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  • Writer's pictureRachael Prime

Exploring Art and Data - Insight into "Making with Data: Physical Design and Craft in a Data-Driven World”

In a world that is surrounded by data there is a newly emerging creative expression when art meets data - a realm of endless possibilities where data supports art, and art is  inspired by data. 


A brilliant initial documentation of this journey is "Making with Data" by Samual Huron, Till Nagel, Lora Oehlberg and Wesley Willett, offering an insight into this digitally inspired way of working. This book offers examples from Handcraft makers, work involving community participation as well as highlighting the ever present issues with our environment. 



Rachael Prime has been exploring Data as an inspiration source as part of her Developing Creative Practice project (funded by Arts Council England) and through discovering "Making with Data," Rachael has begun to explore how data can be served as a catalyst for storytelling, enriching the narrative of her artwork with layers of information and complexity. 


Within the book there were a key number of elements that fed into Rachael practice exploring this new way of thinking.


Firstly, allowing the data to dictate the final look of her artworks, for example creating visual examples of species of plants that have been found when she has explored familiar local places, or number of items created that represent certain datasets in physical form. It's a potentially fascinating fusion of art and information, resulting in visually interesting pieces but also ones that spark meaningful conversations about the data and the ideas behind them. An artist example within the book of this is the viral temperature blankets that have appeared over the last few years on social media. Representing global weekly temperatures with a particular colour of wool and either crocheting or knitting a row or granny square for a year, creating an annual unique blanket supporting clear data of rising temperatures visually.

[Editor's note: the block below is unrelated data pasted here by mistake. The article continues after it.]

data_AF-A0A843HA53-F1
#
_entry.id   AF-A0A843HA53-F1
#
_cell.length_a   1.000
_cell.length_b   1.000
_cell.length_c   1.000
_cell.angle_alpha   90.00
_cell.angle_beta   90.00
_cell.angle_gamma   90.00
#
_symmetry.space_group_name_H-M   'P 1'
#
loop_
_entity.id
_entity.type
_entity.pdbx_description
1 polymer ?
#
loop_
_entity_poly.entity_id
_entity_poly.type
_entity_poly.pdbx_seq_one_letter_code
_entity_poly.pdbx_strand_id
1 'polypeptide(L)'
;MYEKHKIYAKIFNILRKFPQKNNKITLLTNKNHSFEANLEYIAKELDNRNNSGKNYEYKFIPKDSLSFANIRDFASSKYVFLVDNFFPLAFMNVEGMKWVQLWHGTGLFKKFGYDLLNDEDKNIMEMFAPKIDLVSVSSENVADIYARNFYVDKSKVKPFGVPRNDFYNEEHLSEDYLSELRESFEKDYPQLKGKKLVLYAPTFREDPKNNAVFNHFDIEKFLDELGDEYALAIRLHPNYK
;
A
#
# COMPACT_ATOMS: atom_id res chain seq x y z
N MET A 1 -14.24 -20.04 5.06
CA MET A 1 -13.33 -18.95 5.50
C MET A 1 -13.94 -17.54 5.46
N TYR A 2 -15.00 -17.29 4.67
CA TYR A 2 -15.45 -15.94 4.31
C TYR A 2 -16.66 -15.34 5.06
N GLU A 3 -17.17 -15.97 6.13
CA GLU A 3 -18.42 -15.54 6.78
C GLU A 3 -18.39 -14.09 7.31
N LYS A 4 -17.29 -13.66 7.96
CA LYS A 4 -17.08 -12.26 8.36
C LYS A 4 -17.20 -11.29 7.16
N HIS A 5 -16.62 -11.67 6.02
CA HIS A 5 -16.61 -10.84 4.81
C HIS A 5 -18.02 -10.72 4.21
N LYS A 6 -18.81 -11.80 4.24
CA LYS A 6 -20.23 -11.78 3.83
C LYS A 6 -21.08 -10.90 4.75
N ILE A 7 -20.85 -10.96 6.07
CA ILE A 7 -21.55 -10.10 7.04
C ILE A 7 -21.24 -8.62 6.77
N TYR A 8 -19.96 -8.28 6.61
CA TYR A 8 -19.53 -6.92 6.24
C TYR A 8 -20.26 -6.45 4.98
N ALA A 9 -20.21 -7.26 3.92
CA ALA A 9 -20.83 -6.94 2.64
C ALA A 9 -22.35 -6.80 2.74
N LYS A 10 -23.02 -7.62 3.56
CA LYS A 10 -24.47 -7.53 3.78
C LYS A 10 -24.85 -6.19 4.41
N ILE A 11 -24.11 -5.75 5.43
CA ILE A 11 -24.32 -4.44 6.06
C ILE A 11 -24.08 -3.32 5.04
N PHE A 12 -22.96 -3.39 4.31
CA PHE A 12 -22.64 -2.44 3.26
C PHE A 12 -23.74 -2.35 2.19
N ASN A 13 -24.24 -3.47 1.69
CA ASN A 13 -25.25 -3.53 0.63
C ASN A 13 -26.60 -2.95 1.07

In addition the book explores ways to create interest in a potentially dry topic using art and creative practices to help people understand data better. Within Rachael’s practice development she is exploring how her work could bridge the gap between abstract thought and comprehension for the general public. Making the data more accessible and engaging for a broader audience. Example of this way of working with data is physically representing vast numbers that are usually too large to visualise. This was achieved within a piece named "Of All the People in the World." created by Stan's Cafe where visualising population levels with a single grain of rice for each person, creating vastly different sized piles for such topics as city populations or deaths in the Holocaust. Creating clear comparisons between each of the datasets sparking conversations between viewers. 


While the book looks into many different ways of using data within a visual art practice, the "Handcraft" section definitely fitted well into Rachael's practice developments. Combining computer-generated data with traditional handmade techniques, incorporating mediums such as ceramic and textiles to create pieces that can be touched and provided a traditional dimension to the data. 



"Making with Data," is a great peek into the world of Visual art created using data, showcasing many visual artists, ways to work with data through clear sections and examples of different art pieces. It even breaks down some of the processes artists and implemented allowing others to learn and develop their own techniques. Overall it is a book that wants to share, inspire new artists, to explore the role of data within their own work and how it could support a deeper understanding of a multitude of topics and concepts. 



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